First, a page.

Use of screens – including mobile phones, tablets and computers – is linked with a range of dry eye syndromes. Taking regular breaks away from your screen can work wonders for reducing dryness.
Try artificial tears
These are available without a prescription as drops, gels and ointments that help to lubricate your eyes and relieve symptoms of dryness. There is no evidence that any particular type or brand is better – just use whichever suits you best. Drops and gels can be used through the day, but ointments are best applied at night as they can cause your vision to blur.
Occasionally, some people may find that certain ingredients can lead to irritation. If in doubt, ask your pharmacist or optician for advice.
According to Healthline, if you use artificial tears daily (more than four times per day long term), you should use a preservative-free brand. This is because the preservatives found in many drops can cause sensitivity. If you wear contact lenses, check that any drops, gels or ointments are suitable for you.
Swap your contact lenses for glasses
Wearing glasses gives your eyes a much-needed break.
Avoid environmental triggers
Irritants like wind, smoke, and pollen can worsen dry eye symptoms.
Would hormone replacement therapy (HRT) help?
Research on the risks and benefits of HRT for those experiencing dry eye symptoms is mixed. Some studies suggest that dry eyes improve with HRT, while others suggest that HRT makes dry eye symptoms more severe.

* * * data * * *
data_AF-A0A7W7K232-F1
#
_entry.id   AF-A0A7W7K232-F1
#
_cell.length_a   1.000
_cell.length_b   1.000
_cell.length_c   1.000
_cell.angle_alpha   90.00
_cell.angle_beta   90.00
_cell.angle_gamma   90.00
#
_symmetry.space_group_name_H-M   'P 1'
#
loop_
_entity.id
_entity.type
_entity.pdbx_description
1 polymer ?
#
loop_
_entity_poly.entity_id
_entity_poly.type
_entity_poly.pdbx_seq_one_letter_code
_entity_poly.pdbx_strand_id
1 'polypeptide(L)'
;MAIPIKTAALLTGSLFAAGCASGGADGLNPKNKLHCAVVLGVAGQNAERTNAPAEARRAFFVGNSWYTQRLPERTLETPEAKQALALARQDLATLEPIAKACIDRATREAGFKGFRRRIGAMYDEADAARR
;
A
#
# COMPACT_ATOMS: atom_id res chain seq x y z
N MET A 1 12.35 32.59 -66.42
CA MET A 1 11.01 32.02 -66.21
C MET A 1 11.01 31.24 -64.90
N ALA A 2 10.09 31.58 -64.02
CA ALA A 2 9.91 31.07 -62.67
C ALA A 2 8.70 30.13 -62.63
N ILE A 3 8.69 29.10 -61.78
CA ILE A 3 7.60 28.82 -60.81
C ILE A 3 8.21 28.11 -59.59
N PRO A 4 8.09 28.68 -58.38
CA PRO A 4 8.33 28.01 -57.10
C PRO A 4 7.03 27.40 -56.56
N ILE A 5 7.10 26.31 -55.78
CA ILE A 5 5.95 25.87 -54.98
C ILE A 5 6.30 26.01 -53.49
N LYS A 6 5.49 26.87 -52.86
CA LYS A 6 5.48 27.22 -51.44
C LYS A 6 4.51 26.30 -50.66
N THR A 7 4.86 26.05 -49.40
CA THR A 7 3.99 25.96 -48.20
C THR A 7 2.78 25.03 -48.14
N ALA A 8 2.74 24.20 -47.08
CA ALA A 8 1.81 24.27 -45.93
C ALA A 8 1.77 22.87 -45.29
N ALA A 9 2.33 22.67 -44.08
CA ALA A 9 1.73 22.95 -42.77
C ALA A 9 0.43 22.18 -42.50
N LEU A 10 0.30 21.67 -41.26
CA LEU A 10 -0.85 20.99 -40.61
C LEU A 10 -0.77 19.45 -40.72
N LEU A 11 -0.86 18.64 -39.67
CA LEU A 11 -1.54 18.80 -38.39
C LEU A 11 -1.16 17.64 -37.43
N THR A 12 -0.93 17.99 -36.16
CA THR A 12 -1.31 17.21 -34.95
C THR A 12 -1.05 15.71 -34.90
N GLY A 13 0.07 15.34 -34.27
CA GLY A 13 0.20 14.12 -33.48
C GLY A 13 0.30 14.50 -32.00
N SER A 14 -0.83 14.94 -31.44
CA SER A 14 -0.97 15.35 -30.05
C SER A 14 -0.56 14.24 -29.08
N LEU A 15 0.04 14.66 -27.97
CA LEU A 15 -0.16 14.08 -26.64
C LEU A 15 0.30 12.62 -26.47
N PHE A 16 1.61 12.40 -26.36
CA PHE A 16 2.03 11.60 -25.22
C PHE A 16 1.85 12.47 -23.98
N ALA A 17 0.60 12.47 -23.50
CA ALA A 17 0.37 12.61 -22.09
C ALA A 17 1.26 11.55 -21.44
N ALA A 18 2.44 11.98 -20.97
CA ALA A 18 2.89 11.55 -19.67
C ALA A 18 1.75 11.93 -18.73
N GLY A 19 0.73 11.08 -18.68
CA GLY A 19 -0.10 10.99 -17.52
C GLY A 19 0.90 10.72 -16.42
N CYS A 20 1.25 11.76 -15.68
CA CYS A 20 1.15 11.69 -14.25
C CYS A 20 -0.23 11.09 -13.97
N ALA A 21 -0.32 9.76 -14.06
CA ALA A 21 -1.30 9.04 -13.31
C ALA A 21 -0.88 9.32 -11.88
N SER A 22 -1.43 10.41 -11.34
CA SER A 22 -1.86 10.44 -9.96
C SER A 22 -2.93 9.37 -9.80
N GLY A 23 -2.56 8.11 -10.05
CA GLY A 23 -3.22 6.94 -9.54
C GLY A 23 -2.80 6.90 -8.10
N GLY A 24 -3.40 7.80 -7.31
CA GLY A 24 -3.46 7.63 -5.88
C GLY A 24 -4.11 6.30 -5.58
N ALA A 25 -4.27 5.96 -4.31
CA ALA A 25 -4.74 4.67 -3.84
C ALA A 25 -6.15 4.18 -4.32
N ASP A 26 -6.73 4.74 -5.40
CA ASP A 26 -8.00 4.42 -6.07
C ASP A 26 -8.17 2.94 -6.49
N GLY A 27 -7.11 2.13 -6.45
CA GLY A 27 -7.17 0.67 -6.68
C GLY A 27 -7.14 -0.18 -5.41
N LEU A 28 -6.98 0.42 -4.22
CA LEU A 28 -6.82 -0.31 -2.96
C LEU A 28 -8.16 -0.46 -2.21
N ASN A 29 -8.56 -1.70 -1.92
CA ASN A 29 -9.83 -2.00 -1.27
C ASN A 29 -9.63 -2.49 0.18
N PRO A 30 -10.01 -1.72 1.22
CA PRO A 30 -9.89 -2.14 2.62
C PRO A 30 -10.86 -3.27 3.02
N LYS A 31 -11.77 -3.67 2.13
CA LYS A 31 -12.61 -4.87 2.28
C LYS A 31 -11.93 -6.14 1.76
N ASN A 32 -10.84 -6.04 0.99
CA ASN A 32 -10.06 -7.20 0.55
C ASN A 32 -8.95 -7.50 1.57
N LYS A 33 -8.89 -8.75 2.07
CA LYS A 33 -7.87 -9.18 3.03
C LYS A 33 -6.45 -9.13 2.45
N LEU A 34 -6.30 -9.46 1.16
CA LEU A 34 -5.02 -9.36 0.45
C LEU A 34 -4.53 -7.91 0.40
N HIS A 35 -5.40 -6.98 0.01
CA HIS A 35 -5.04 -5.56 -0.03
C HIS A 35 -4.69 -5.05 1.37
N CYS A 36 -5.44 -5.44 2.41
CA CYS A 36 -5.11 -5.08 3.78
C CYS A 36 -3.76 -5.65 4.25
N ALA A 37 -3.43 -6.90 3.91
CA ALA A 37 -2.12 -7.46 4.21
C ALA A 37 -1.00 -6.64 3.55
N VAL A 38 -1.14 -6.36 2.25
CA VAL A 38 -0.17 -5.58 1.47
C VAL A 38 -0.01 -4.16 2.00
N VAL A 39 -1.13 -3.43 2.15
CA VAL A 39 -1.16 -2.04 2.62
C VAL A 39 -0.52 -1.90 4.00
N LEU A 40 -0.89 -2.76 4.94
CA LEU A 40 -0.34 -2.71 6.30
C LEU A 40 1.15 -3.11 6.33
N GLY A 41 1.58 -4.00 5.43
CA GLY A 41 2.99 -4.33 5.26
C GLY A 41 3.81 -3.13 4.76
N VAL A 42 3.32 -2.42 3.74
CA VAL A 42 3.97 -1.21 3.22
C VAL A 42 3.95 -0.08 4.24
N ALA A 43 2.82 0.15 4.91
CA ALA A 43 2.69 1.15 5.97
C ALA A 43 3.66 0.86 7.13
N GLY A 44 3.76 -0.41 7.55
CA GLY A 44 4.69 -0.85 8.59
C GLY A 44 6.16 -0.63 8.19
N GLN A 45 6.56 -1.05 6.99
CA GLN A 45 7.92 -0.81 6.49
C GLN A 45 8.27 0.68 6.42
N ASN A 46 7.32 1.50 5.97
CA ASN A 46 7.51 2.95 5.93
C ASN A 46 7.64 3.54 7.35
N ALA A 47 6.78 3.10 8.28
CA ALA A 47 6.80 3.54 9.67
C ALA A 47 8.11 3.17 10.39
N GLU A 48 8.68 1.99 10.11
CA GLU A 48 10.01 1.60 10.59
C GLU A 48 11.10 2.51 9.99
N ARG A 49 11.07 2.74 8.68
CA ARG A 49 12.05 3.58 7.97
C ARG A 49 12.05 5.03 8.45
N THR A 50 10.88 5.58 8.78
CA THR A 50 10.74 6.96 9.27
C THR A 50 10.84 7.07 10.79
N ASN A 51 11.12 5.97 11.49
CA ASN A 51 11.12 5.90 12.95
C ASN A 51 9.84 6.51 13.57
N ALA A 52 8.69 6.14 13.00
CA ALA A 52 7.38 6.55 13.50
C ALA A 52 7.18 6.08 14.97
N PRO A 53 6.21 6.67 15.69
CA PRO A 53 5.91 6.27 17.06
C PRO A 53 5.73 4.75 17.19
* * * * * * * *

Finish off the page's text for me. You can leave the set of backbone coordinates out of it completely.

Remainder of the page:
HRT can effectively treat other symptoms associated with menopause, such as hot flushes, mood changes, and sleep disturbance, among others.
HRT is not suitable for everyone. Speak to your doctor if you would like to find out more about the best treatment for you.
MENOPAUSE AND DRY EYES FAQs
Studies suggest that changes in the balance of sex hormones that occur during menopause can cause dry eye symptoms.
Reduced tear production can increase your likelihood of developing eye infections.
According to Healthline, prolonged dry eyes can lead to inflammation and abrasions on the surface of the eye.
Complications surrounding these abrasions can lead to pain, corneal ulcers, and vision problems.
See your doctor if you have symptoms of dry eyes which are not relieved by the simple changes listed above.
Seek urgent medical assistance if you have:
- Any changes to your eyesight including blurring, flashing lights, blindness or double vision
- Any moderate or severe eye pain
- Pain or discomfort on looking at lights (photophobia)
- Redness in the eye
- Symptoms which started suddenly
- Any other symptoms including fever, headache, vomiting
- Gen M: Dry eyes
- Healthline: Menopause and dry eyes
- Healthline: Over-the-Counter Eye Drops: Potential Risks
- Lowth Mary, Dry Eyes
- Lurati Ann R., Menopause and Dry Eye Syndrome, Nursing for Women’s health, Vol. 23, Issue 1, 2019, Pages 71-78
- Mayo Clinic: Sjogren’s syndrome
- Medical News Today: Dry eyes and menopause
- NHS: Dry eyes
- Peck, Travis et al. “Dry Eye Syndrome in Menopause and Perimenopausal Age Group.” Journal of mid-life health vol. 8,2 (2017): 51-54. doi:10.4103/jmh.JMH_41_17
- The North American Menopause Society: Menopause and Eye Health